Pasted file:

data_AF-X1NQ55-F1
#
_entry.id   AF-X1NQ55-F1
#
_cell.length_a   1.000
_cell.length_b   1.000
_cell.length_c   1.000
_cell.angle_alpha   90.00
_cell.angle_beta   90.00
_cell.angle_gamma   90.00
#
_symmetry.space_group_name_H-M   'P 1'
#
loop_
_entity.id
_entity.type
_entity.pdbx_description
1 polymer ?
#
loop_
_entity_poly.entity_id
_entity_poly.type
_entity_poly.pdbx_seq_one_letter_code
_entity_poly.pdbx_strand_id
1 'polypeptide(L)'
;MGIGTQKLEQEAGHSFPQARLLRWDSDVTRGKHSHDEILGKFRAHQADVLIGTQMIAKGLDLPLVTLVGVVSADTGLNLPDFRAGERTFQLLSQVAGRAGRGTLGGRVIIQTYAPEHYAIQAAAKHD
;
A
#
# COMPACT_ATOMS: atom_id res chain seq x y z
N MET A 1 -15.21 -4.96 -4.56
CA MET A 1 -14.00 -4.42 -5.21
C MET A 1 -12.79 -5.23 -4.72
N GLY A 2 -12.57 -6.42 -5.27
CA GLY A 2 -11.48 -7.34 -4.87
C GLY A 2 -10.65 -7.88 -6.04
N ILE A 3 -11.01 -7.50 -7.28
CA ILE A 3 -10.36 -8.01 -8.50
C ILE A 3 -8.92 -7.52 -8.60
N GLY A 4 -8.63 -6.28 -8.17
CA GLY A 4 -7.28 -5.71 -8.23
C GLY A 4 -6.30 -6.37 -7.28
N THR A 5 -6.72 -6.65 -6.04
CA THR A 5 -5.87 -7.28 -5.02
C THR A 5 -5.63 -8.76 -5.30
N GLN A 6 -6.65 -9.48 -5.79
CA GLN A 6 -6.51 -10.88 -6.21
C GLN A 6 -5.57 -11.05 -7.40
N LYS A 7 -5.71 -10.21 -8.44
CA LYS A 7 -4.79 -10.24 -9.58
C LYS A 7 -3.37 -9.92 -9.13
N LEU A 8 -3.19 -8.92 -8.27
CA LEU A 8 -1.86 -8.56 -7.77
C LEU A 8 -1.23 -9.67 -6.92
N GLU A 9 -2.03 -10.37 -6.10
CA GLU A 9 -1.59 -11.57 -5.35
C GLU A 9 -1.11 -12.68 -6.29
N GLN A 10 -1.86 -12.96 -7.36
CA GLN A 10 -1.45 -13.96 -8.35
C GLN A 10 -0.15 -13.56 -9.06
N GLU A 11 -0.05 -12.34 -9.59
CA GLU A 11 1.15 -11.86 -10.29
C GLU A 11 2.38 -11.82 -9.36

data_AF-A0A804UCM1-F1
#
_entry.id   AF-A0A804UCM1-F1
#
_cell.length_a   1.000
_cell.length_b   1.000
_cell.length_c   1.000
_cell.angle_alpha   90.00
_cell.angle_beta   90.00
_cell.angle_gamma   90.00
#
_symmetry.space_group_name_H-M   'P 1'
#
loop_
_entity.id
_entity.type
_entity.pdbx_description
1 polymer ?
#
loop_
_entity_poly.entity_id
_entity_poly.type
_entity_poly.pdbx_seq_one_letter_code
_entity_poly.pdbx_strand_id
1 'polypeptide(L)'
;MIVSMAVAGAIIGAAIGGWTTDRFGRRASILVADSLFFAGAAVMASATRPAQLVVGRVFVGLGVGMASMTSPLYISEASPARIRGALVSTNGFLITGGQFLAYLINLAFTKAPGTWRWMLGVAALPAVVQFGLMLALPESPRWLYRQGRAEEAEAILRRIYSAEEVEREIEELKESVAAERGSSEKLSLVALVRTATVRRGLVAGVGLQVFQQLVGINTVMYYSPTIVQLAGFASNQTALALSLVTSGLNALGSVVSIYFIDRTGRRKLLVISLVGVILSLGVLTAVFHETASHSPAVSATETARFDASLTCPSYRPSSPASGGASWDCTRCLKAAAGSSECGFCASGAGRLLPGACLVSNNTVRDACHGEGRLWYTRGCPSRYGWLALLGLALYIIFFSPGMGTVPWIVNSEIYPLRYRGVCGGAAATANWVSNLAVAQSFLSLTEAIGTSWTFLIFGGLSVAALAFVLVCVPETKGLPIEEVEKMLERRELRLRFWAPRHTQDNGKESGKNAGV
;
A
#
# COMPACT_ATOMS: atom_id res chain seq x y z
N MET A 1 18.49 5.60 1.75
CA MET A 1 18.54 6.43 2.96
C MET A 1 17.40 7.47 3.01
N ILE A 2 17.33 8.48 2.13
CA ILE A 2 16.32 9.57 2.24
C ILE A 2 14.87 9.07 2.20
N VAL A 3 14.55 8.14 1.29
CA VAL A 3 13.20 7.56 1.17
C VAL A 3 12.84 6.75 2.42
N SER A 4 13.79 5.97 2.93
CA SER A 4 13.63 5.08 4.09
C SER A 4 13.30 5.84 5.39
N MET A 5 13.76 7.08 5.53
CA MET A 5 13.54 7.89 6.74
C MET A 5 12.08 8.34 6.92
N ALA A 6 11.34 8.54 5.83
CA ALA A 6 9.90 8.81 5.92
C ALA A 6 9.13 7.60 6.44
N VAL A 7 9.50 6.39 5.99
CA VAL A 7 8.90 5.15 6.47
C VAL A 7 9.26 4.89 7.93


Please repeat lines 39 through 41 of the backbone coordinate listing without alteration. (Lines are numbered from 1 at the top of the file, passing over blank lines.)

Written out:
C ILE A 3 -8.92 -7.52 -8.60
N GLY A 4 -8.63 -6.28 -8.17
CA GLY A 4 -7.28 -5.71 -8.23